IS CSA RIGHT FOR YOU?

Aren’t sure a CSA is right for you? We understand that the CSA model is unique. While we love this model of distributing our delicious food,  we know it isn’t for everyone. Here are some thoughts on what you should consider when thinking about joining a CSA.

 

You should truly enjoy eating vegetables. From canned spinach to tasteless sweet potatoes, I feel like the global food industry has created several generations of vegetable skeptics. Tomatoes picked green just don’t have the same flavor and texture has ones picked red (tomatoes picked at the breaker stage -just barely starting to show color- can be sold as “vine-ripened”). Carrots that have never experienced a frost are never going to reach their full flavor potential.  Have you tried our fall carrots?? Sweetest. Carrots. Ever.  We have CSA customers telling us they can no longer purchase certain vegetables at the grocery store. Even though our vegetables are super tasty and therefore easier to enjoy, you will get a lot of them as a CSA member, so you have to have that preliminary interest in them.

 

You also have to be willing to try new vegetables! The height of the season comes with summertime favorites of tomatoes and green beans and potatoes. But this summer season is bookended with lots of greens and more unfamiliar vegetables. The CSA will expose you to small pink turnips and large purple radishes. You’ll get mustard greens, fennel, and kohlrabi. All these vegetables will need to make their way from the fridge onto your plate, bringing me to my next point.

 

You have enjoy cooking–or at least be willing to put some effort into it. Boiling Brussels sprouts just isn’t going to create an amazing meal. But roasting them with a little balsamic vinegar and shaved parmesan will have you licking the plate. Getting creative in the kitchen should sound exciting and fun.  A side of meat, a side of grain and a side of vegetables will work sometimes but more often then not, during the CSA season, the vegetables have to be the star of the show. Often you just need to tweak your cooking style to accommodate the increase in vegetables. For example if you are having tacos, just throw sautéed zuchinni, spinach or broccoli into the ground beef. It really doesn’t matter which veggies you throw in!

 

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tacos with broccoli and summer squash

Before I started farming, I never heard of a lot of these vegetables either and I wasn’t very comfortable in the kitchen. (I still remember being educated on our first day of work by a 5 year old farm kid at the very first farm we interned on. She bounded out to the patch of lettuce we were weeding with a container of some very interesting looking lunch.  She had to explain to me what her lunch was- pea shoot pesto served over quinoa.)  It does take time for some to master CSA style cooking but you can get to the point where meals are original but take little thought and can be made quickly.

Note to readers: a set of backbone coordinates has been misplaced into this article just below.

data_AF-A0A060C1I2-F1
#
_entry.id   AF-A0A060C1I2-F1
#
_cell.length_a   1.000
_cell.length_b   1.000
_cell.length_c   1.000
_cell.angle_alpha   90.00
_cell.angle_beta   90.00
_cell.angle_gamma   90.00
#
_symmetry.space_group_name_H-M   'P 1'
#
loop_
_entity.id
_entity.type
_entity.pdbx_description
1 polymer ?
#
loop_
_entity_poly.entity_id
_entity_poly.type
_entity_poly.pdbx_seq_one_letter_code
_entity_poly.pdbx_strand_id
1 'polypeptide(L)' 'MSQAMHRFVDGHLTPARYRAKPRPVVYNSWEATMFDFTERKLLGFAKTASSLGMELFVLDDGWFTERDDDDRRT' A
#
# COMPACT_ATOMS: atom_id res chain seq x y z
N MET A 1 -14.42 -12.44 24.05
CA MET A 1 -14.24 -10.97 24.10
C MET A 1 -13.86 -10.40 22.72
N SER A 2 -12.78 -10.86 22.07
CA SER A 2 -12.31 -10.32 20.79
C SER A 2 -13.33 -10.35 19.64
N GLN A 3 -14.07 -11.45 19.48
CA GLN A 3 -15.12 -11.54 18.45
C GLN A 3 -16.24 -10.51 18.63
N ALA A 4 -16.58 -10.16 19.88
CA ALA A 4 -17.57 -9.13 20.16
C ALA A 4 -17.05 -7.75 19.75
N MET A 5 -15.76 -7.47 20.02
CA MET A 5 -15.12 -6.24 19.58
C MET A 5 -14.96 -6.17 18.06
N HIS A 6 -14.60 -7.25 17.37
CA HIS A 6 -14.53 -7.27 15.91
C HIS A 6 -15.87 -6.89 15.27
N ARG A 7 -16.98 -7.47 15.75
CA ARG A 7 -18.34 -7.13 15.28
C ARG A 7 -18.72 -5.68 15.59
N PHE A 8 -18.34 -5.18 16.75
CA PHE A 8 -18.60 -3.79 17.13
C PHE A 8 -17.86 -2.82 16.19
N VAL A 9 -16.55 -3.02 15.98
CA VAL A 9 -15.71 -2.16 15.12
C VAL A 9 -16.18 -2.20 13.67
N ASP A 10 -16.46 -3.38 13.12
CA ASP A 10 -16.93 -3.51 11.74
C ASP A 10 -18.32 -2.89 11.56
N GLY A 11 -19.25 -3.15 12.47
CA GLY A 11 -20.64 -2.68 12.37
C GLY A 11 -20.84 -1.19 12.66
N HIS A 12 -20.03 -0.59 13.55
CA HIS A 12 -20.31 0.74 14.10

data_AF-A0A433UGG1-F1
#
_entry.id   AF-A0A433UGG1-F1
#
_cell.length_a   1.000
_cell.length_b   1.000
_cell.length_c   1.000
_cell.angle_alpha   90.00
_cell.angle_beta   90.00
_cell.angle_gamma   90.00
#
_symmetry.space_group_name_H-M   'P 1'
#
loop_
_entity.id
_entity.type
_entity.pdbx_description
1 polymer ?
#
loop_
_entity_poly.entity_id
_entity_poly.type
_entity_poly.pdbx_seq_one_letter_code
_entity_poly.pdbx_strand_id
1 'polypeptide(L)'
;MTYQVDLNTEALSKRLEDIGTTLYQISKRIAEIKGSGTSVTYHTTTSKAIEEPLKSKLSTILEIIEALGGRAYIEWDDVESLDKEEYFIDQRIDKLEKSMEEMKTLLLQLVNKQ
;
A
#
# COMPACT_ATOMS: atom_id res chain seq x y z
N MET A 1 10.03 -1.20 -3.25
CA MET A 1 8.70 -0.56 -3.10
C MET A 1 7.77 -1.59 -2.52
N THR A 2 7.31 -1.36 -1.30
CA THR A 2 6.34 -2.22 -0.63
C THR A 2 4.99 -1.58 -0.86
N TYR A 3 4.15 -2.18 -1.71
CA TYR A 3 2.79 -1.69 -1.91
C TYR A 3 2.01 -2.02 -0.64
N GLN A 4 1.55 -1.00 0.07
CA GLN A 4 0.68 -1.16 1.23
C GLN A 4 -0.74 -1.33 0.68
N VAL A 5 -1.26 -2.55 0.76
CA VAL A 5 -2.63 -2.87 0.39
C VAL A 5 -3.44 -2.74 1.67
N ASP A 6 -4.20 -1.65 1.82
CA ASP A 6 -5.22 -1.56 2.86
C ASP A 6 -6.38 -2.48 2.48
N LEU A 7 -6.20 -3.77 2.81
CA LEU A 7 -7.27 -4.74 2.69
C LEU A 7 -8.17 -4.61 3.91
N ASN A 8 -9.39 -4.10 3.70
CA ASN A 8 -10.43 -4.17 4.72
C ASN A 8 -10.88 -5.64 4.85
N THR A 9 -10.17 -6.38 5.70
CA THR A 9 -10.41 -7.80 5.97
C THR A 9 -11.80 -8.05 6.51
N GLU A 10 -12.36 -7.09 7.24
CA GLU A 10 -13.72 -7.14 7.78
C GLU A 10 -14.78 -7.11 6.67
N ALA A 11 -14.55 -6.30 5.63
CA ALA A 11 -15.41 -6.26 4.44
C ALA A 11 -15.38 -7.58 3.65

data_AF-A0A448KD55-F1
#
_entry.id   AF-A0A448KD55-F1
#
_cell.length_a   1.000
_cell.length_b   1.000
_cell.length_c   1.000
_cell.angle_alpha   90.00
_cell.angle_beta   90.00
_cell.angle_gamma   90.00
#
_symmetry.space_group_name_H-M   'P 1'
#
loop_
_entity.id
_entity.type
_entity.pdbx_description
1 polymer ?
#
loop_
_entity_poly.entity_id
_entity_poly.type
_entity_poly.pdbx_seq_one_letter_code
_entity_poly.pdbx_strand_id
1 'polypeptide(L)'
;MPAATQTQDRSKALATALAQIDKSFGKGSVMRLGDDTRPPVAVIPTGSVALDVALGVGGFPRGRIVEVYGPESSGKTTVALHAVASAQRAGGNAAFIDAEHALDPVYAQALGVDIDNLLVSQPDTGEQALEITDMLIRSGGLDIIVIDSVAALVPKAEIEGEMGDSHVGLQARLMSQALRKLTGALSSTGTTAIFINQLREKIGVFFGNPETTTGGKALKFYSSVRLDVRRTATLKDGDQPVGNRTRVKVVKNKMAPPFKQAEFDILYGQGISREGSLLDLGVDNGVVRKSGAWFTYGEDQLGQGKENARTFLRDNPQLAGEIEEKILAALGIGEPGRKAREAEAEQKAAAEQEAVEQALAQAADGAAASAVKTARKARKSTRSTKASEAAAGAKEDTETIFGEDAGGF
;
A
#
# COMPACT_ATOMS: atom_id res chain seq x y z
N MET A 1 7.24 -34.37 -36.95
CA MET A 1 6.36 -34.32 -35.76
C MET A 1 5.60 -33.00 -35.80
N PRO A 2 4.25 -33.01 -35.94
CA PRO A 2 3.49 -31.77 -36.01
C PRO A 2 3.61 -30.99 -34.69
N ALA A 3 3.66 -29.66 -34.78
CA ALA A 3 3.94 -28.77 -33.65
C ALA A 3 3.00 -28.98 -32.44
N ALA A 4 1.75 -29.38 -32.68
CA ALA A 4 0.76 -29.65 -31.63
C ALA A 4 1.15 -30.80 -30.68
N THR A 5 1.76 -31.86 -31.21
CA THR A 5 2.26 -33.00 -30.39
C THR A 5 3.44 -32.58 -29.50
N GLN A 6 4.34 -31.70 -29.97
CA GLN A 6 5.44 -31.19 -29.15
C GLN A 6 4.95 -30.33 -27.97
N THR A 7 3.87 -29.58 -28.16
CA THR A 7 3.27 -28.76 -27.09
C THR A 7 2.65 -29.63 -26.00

Pictured above are some of the creative ways we’ve served greens. We created a savory french toast bake with french toast topped with creamed Swiss chard. Mustard greens and sausage are a great combo for pizza or pasta. We love making a peanut sauce and serving it on a bed of steamed greens.

So you need to enjoy vegetables and cook at home frequently, but why not just get your vegetables from the supermarket? Being part of a CSA is a very deliberate choice. I asked our CSA members why they join year after year and most answers had to do with knowing their farmer and getting local produce.  Members like that they are supporting the local economy and a small family farm. They find value in their produce coming from 12 miles away as opposed to over 2,000 miles away.

So this conscious choice to join a CSA comes with some sacrifice–the convenience of the grocery store, the lack of customer choice with veggie selection, the possibility of crop failures. CSA members tell me that their vegetable intake is definitely higher during the 24 week season, so members are also actively finding ways to eat more veggies (a challenge that is definitely appreciated by our returning members but a challenge nonetheless).  For these reasons, we are all about supporting our CSA members so they make the most of their box. We provide recipes each week and have a member only Facebook group where members share recipes and kitchen tips with each other. I love seeing what customers come up with.  We had one CSA member make fennel upside down cake with her fennel. Yum!

Organic production, local and seasonal food, and community wellness all hold special value for a successful CSA member. I love that the CSA model addresses the health of three things: the land, the local economy, and our bodies! Of course shopping our stand at 2nd Street Market would also support these matters. If after reading this post, CSA feels like a bad fit, we hope to see you at market! We appreciate all our customers! Comment below if CSA solves a problem for you or provides a value to you that I didn’t address!

2 thoughts on “IS CSA RIGHT FOR YOU?

  1. I would add one more benefit for my family. My 6-year-old granddaughter lives with me, and she looks forward to picking up our share every week. And then she’s excited about eating our vegetables, whether they’re old favorites or something we’ve never tried. One of her favorite spring and fall foods now is roasted radishes. She asks for kale. Not only is she eating a wider variety of vegetables, she also enjoys a relationship with the farmers who are growing those vegetables. It’s much more satisfying that buying our food at Kroger.

    This is our 5th year as CSA members, although it’s our first with Mile Creek Farms. I expect if she can’t grow her own vegetables when she’s an adult (we do grow a small garden in addition to our CSA), she will find a CSA and continue the tradition.

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